Share your child’s birthday with their schoolmates at a local farm, no gifts, and a few simple activities to create a fun experience for the kiddos without all the stress of a Pinterest-perfect, gift-loaded gathering.
Not long ago, J received an invitation to a birthday party for a little boy in his preschool class. With many of the kids in his class turning three this year, parents are just starting to throw birthday parties with friends from school.
I’ve shared before my mixed feelings about birthday parties for young children. If we get carried away, they can get so crazy and stressful and leave behind a mountain of gifts for a young child who doesn’t know the difference.
This birthday party, however, was quite different from the handful we’ve attended since moving to Pennsylvania. While the kids have enjoyed attending all the birthday parties, this party in particular was right up my alley.
No Presents Please, Just Your Presence
The invitation requested we not bring gifts, and as far as I could tell, attendees respected this request. (Thank goodness. It’s a total pet peeve of mine when people bring gifts after they’ve been specifically requested not to do so.)
While I love buying gifts for important people in my life when I have a good idea of something special they will love, I’m not a huge fan of buying something somewhat mindlessly for someone I don’t really know. It feels wasteful. Moreover, children acquire so many gifts at a birthday party to which an entire class is invited, and they just don’t need that many new toys.
A Breath of Fresh Air
The child’s parents hosted the party at local farm. The children adored seeing and feeding the animals, including a handful of baby goats that were just a few days old.
Despite the weather being a bit chilly, it was great to be outside.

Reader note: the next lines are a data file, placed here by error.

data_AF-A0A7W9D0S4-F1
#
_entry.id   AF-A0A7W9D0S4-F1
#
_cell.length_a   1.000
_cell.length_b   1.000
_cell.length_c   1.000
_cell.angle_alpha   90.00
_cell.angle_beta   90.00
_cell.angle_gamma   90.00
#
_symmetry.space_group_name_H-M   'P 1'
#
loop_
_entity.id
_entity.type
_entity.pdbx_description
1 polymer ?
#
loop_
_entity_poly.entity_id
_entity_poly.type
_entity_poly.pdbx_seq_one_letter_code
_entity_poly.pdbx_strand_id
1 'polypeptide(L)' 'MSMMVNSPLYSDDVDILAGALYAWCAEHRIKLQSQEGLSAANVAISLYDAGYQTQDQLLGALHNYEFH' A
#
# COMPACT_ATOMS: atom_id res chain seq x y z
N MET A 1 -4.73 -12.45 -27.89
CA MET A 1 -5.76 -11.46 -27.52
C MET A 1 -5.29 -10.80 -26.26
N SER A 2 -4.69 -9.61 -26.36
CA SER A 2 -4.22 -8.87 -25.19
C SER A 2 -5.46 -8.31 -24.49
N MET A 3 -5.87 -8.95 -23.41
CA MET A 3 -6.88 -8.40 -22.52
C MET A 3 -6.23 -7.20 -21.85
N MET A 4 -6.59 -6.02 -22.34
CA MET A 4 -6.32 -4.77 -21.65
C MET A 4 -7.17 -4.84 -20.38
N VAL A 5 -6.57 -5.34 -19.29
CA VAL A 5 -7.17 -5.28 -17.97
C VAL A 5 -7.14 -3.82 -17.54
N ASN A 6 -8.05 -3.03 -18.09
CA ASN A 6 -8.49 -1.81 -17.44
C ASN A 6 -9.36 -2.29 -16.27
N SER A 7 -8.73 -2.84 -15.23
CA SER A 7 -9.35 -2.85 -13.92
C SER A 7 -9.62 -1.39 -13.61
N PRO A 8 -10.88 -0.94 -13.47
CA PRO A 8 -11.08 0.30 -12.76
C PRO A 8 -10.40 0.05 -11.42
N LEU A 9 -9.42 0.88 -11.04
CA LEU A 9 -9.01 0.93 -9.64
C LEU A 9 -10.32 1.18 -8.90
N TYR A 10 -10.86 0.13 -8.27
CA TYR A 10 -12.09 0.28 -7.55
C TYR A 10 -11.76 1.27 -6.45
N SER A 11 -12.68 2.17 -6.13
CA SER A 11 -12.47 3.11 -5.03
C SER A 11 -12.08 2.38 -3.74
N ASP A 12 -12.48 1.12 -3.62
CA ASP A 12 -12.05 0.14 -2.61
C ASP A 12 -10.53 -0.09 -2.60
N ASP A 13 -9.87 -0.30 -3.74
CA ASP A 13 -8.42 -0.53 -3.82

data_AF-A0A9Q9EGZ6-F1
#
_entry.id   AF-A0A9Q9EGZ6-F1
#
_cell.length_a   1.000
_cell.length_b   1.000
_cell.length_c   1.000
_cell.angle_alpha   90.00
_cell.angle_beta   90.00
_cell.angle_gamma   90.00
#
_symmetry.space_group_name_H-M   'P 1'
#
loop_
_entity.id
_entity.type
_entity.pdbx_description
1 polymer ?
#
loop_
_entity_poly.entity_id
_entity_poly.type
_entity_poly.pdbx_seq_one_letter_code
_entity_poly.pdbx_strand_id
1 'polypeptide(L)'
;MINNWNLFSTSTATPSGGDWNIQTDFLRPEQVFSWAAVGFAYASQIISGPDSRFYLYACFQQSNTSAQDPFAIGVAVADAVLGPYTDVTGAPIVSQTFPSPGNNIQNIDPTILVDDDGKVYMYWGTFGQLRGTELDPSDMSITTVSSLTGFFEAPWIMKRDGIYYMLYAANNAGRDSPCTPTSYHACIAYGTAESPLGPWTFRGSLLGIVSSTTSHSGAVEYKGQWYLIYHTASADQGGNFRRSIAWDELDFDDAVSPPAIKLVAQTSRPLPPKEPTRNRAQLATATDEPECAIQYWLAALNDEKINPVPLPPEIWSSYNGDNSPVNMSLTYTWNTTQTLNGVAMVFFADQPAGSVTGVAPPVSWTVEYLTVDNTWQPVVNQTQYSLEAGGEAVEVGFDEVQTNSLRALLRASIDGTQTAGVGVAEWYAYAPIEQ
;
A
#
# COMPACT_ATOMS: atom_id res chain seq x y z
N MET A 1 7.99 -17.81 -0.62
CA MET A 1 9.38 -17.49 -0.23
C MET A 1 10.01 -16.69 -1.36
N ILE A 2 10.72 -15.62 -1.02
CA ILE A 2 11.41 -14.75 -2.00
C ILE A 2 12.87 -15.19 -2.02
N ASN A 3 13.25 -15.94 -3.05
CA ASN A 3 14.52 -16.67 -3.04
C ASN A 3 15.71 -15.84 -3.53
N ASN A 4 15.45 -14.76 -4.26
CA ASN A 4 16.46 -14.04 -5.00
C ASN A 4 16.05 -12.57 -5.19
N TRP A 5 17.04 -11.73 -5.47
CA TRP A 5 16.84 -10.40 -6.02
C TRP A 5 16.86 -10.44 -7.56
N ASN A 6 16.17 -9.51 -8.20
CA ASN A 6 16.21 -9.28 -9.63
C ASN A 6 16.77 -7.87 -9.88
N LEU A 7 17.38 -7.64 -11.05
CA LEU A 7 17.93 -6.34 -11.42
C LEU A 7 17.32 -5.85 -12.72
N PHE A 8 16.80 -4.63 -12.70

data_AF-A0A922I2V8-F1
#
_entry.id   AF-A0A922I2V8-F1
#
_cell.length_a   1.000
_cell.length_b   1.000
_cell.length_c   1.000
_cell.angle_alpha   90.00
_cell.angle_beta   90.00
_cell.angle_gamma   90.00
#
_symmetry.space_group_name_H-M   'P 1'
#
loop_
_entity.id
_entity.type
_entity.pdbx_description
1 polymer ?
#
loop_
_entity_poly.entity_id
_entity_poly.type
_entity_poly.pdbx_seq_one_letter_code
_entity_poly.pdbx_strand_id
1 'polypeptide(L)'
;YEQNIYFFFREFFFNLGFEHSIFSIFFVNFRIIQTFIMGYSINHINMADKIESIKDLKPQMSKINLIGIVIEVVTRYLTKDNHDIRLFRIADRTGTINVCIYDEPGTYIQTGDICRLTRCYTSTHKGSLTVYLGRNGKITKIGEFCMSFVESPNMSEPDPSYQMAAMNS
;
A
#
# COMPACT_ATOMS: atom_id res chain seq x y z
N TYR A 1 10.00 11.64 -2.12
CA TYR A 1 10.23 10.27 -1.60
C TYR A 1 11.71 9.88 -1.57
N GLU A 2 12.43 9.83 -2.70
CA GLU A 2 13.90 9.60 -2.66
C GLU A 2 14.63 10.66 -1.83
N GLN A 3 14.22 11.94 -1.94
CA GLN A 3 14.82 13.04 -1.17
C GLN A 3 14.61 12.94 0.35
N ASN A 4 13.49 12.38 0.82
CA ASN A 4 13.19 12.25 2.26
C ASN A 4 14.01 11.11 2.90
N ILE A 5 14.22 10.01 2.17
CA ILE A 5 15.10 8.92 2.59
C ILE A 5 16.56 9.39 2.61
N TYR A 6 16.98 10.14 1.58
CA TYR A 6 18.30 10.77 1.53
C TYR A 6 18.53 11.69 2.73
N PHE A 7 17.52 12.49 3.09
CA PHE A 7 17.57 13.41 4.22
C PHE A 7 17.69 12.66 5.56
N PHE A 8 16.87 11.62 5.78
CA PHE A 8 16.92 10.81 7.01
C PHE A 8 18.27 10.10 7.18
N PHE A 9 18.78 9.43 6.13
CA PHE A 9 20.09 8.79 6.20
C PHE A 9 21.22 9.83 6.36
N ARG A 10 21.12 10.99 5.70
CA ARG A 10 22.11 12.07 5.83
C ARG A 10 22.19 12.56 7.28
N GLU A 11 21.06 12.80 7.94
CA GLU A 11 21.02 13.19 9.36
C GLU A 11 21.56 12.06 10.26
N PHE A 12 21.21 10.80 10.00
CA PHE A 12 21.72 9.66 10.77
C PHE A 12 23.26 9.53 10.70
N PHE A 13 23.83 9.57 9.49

Some animal advocates might have hesitations about so many children petting and feeding the animals, but I think the experience helps children like mine (who don’t spend much time with animals) learn to appreciate and connect with animals more. If we want to ensure the next generation cares for the earth and all its inhabitants, getting an up close look at other animals seems like a valuable experience to support positive engagement.
Pizza, Cupcakes and a Pinata
After feeding the animals and hearing a little about them from the farmer, we all mingled for an hour or so while enjoying a really simple but perfectly complete spread of pizza, cupcakes and drinks. After we ate, each child had a turn to whack the heck out of a pinata and enjoy a few pieces of candy from its belly.
Throughout the party, I had a chance to spend time chatting with other parents and let J play on his own a bit (he couldn’t wander far or find much trouble in the area). The whole experience proved relaxing and required little preparation (at least for us). Certainly the parents of the birthday child had a bit of advance planning, but I appreciated that we could just show up, hang out, and be grateful for a fun weekend afternoon.
Birthday Parties for Our Children
J turned three a few weeks ago and we passed on a birthday party with his friends for this year. I’ve adhered to a motto that ‘they can have birthday parties with friends when they are old enough to ask for them’.
We celebrated with family and had these brown and yellow (his favorite colors) mini cupcakes that he specifically requested. J has started to ask about his birthday party, so we’ll certainly have one for him next year, but he didn’t miss a beat without one this year.
T, on the other hand, is turning 5 soon and hasn’t stopped talking about his party. We let him chose 6 friends and he can’t wait for them to come over to our house and play sports for two hours.
We’ve already discussed that his friends won’t be bringing gifts and he didn’t bat an eye about it. He was far too concerned about the flavor of cupcakes he wanted and how the teams will be split up for soccer.
I’m just happy to let him focus on what matters most to him about the party and not create more stress for myself over aspects that aren’t a priority to the guest of honor.